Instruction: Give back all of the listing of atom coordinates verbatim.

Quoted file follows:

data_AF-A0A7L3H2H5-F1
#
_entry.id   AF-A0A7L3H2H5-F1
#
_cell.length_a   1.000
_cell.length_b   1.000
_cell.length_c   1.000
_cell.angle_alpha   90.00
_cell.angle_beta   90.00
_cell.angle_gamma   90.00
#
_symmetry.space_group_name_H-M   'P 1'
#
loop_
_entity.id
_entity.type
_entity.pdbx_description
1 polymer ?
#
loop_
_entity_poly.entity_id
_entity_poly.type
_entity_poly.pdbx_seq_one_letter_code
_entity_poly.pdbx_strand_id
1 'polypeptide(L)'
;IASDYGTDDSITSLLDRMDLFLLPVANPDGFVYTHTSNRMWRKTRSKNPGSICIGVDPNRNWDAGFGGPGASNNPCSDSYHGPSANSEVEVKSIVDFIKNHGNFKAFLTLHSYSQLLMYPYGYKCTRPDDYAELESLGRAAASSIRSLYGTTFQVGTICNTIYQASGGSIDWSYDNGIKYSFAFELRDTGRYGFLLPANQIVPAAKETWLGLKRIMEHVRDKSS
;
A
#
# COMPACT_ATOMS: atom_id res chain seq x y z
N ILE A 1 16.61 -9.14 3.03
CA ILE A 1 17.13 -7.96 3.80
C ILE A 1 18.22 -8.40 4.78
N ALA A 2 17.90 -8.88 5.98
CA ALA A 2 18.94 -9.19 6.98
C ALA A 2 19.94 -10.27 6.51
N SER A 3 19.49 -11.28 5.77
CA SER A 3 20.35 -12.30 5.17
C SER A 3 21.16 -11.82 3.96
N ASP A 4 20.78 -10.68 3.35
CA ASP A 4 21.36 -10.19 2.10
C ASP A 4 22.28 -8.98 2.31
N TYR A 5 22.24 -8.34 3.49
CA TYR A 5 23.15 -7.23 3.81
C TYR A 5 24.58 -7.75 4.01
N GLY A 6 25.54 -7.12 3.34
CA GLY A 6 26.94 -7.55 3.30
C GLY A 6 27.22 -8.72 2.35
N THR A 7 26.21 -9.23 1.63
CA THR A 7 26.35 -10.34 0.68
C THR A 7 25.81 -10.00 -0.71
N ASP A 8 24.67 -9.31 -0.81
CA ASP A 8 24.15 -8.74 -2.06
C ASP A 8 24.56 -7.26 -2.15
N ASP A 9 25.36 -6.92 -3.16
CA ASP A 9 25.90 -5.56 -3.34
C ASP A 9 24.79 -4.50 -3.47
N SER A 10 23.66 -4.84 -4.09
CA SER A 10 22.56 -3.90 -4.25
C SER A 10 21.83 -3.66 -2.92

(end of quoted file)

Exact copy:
data_AF-A0A7L3H2H5-F1
#
_entry.id   AF-A0A7L3H2H5-F1
#
_cell.length_a   1.000
_cell.length_b   1.000
_cell.length_c   1.000
_cell.angle_alpha   90.00
_cell.angle_beta   90.00
_cell.angle_gamma   90.00
#
_symmetry.space_group_name_H-M   'P 1'
#
loop_
_entity.id
_entity.type
_entity.pdbx_description
1 polymer ?
#
loop_
_entity_poly.entity_id
_entity_poly.type
_entity_poly.pdbx_seq_one_letter_code
_entity_poly.pdbx_strand_id
1 'polypeptide(L)'
;IASDYGTDDSITSLLDRMDLFLLPVANPDGFVYTHTSNRMWRKTRSKNPGSICIGVDPNRNWDAGFGGPGASNNPCSDSYHGPSANSEVEVKSIVDFIKNHGNFKAFLTLHSYSQLLMYPYGYKCTRPDDYAELESLGRAAASSIRSLYGTTFQVGTICNTIYQASGGSIDWSYDNGIKYSFAFELRDTGRYGFLLPANQIVPAAKETWLGLKRIMEHVRDKSS
;
A
#
# COMPACT_ATOMS: atom_id res chain seq x y z
N ILE A 1 16.61 -9.14 3.03
CA ILE A 1 17.13 -7.96 3.80
C ILE A 1 18.22 -8.40 4.78
N ALA A 2 17.90 -8.88 5.98
CA ALA A 2 18.94 -9.19 6.98
C ALA A 2 19.94 -10.27 6.51
N SER A 3 19.49 -11.28 5.77
CA SER A 3 20.35 -12.30 5.17
C SER A 3 21.16 -11.82 3.96
N ASP A 4 20.78 -10.68 3.35
CA ASP A 4 21.36 -10.19 2.10
C ASP A 4 22.28 -8.98 2.31
N TYR A 5 22.24 -8.34 3.49
CA TYR A 5 23.15 -7.23 3.81
C TYR A 5 24.58 -7.75 4.01
N GLY A 6 25.54 -7.12 3.34
CA GLY A 6 26.94 -7.55 3.30
C GLY A 6 27.22 -8.72 2.35
N THR A 7 26.21 -9.23 1.63
CA THR A 7 26.35 -10.34 0.68
C THR A 7 25.81 -10.00 -0.71
N ASP A 8 24.67 -9.31 -0.81
CA ASP A 8 24.15 -8.74 -2.06
C ASP A 8 24.56 -7.26 -2.15
N ASP A 9 25.36 -6.92 -3.16
CA ASP A 9 25.90 -5.56 -3.34
C ASP A 9 24.79 -4.50 -3.47
N SER A 10 23.66 -4.84 -4.09
CA SER A 10 22.56 -3.90 -4.25
C SER A 10 21.83 -3.66 -2.92